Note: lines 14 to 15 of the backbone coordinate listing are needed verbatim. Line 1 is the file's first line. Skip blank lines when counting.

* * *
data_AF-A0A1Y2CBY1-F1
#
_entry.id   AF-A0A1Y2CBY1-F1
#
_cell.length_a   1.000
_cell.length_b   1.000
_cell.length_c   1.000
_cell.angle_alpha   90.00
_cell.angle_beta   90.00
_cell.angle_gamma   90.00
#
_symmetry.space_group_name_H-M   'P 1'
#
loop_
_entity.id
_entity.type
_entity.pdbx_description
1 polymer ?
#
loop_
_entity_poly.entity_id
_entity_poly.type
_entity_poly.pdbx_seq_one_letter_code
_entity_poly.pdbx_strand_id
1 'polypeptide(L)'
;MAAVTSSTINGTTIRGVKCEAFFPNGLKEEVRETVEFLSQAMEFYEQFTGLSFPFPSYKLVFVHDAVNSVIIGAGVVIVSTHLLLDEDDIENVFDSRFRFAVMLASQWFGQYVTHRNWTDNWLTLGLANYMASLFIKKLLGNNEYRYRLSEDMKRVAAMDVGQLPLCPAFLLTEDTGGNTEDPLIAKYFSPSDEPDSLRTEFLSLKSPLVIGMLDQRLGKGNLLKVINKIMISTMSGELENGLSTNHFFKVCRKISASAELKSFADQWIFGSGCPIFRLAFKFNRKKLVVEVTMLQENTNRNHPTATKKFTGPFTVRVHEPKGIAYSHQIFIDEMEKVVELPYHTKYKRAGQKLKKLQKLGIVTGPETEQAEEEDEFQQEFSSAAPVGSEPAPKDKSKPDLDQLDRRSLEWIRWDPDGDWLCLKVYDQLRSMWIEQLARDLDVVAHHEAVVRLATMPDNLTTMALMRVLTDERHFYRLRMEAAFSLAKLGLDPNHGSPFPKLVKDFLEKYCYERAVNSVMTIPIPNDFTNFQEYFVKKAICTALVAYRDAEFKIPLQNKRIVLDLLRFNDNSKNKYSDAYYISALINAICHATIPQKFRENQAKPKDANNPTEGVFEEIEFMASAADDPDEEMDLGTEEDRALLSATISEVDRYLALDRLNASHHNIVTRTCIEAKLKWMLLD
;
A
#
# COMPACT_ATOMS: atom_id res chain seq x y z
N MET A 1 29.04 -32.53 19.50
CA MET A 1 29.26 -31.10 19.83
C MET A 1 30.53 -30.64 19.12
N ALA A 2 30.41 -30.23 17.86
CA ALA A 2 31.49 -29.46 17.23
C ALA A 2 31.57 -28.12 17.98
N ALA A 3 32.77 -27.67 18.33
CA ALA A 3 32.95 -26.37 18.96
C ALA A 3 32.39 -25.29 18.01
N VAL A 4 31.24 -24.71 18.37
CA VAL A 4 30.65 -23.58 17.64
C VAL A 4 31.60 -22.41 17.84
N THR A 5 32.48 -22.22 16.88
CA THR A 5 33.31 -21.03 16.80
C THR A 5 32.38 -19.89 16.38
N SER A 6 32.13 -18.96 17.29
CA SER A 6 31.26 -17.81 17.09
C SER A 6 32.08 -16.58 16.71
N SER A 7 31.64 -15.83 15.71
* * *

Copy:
loop_
_entity.id